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8

Nevertheless, whether or not the pleadings were such as would permit the plaintiff to avoid the defense of release by producting evidence of fraud or mutual mistake, she here filed a motion tendering an amendment to her complaint to allege as follows:

9

'15. (b). That heretofore a release had been obtained by the attorney or representative of the defendants by means of fraud, overreaching or a mutual mistake of fact, which release in the sum of $600.00 is void and voidable, should be set aside and not considered, except as a setoff to the damages hereinafter demanded.'

10

The refusal of the trial court to allow the plaintiff to amend her complaint violates the 'when justice so requires' clause of Rule 15, F.R.Civ.P. When the court determined, on motion to dismiss the complaint, that the plaintiff should have pleaded an anticipatory reply to an affirmative defense (which we think was not correct under the 'short and plain' provision of Rule 8(a)), the refusal of a request to remedy by amendment what it found to be a defect was error. See Downey v. Palmer, 2 Cir., 114 F.2d 116. In that case, in response to an action for statutory liability of a bank stockholder the defendants pleaded release; the plaintiff then filed a reply asserting that the release had been obtained by fraud. The trial court held that the statute of limitations had barred the statutory action, and dismissed the suit without prejudice to the plaintiff's right to file an action to cancel the release on the ground of fraud and for damages resulting from the fraud. This Court held that the court should not have dismissed the action, but should have given the plaintiff an opportunity to amend the complaint to attack the release. We think this same procedure should have been followed here.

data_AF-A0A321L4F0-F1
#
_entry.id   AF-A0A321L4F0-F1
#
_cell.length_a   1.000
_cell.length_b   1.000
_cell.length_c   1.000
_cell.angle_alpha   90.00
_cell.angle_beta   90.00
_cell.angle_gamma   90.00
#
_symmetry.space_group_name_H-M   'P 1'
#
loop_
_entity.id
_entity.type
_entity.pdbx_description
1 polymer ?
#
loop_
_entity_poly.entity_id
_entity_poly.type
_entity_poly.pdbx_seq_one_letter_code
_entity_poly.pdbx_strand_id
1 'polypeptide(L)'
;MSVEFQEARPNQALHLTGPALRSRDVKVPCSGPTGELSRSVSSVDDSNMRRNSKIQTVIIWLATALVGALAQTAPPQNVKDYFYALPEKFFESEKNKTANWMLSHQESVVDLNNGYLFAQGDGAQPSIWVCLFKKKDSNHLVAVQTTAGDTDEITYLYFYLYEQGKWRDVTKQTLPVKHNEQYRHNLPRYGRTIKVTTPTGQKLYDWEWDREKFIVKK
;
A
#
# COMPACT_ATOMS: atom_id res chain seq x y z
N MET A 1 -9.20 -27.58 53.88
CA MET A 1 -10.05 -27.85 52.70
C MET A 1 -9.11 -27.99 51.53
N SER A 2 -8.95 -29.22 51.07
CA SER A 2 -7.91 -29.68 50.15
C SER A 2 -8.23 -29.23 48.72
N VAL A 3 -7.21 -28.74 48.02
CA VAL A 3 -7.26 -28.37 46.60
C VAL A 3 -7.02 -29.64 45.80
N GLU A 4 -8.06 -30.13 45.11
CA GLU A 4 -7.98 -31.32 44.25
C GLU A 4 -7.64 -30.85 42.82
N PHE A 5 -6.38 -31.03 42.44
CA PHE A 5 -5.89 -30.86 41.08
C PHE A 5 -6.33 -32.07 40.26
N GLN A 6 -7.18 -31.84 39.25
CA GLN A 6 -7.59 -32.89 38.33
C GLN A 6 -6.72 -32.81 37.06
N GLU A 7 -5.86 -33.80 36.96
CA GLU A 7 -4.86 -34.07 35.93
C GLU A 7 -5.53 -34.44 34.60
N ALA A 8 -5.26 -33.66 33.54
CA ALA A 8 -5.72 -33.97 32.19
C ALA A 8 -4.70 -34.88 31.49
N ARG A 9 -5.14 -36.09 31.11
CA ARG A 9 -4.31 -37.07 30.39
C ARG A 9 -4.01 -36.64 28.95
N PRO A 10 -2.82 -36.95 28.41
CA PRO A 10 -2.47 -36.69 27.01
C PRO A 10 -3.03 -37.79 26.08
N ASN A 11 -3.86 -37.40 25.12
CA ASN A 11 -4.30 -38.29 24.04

11

In their briefs here the parties raise the question as to the applicability of the New York statute eliminating the requirement that a tender of the consideration be made before the release can be attacked. We agree with the trial court in deciding that Section 112-g of the New York Civil Practice Act1 controls, and that in the Federal District Court sitting in New York a plaintiff who has received benefits from execution of a release need not tender back the benefits as a condition to the filing of a suit for the injury. Ciletti v. Union Pacific Railroad Co., 2 Cir., 196 F.2d 50.

12